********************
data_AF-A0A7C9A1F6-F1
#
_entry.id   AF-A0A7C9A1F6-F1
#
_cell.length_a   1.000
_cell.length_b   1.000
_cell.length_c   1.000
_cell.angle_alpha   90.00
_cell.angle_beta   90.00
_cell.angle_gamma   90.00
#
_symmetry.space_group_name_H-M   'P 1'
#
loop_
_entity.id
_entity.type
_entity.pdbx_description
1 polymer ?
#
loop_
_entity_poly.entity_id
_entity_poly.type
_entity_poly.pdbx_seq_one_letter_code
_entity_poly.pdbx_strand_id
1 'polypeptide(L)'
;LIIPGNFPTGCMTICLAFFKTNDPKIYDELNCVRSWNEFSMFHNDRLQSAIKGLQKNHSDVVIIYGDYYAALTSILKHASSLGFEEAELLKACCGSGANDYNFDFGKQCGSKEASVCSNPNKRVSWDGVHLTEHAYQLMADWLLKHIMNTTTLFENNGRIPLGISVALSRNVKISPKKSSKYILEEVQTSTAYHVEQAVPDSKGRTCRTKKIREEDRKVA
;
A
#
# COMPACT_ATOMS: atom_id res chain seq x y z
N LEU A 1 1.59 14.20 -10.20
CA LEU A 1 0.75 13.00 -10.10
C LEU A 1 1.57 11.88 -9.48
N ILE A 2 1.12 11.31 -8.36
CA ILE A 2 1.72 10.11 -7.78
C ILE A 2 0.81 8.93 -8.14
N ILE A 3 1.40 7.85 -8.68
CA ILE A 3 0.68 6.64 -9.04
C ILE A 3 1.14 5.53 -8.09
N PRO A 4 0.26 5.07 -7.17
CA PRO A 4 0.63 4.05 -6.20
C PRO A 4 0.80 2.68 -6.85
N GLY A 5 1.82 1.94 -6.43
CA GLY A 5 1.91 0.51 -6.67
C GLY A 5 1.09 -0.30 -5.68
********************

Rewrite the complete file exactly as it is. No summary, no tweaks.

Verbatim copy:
data_AF-A0A7C9A1F6-F1
#
_entry.id   AF-A0A7C9A1F6-F1
#
_cell.length_a   1.000
_cell.length_b   1.000
_cell.length_c   1.000
_cell.angle_alpha   90.00
_cell.angle_beta   90.00
_cell.angle_gamma   90.00
#
_symmetry.space_group_name_H-M   'P 1'
#
loop_
_entity.id
_entity.type
_entity.pdbx_description
1 polymer ?
#
loop_
_entity_poly.entity_id
_entity_poly.type
_entity_poly.pdbx_seq_one_letter_code
_entity_poly.pdbx_strand_id
1 'polypeptide(L)'
;LIIPGNFPTGCMTICLAFFKTNDPKIYDELNCVRSWNEFSMFHNDRLQSAIKGLQKNHSDVVIIYGDYYAALTSILKHASSLGFEEAELLKACCGSGANDYNFDFGKQCGSKEASVCSNPNKRVSWDGVHLTEHAYQLMADWLLKHIMNTTTLFENNGRIPLGISVALSRNVKISPKKSSKYILEEVQTSTAYHVEQAVPDSKGRTCRTKKIREEDRKVA
;
A
#
# COMPACT_ATOMS: atom_id res chain seq x y z
N LEU A 1 1.59 14.20 -10.20
CA LEU A 1 0.75 13.00 -10.10
C LEU A 1 1.57 11.88 -9.48
N ILE A 2 1.12 11.31 -8.36
CA ILE A 2 1.72 10.11 -7.78
C ILE A 2 0.81 8.93 -8.14
N ILE A 3 1.40 7.85 -8.68
CA ILE A 3 0.68 6.64 -9.04
C ILE A 3 1.14 5.53 -8.09
N PRO A 4 0.26 5.07 -7.17
CA PRO A 4 0.63 4.05 -6.20
C PRO A 4 0.80 2.68 -6.85
N GLY A 5 1.82 1.94 -6.43
CA GLY A 5 1.91 0.51 -6.67
C GLY A 5 1.09 -0.30 -5.68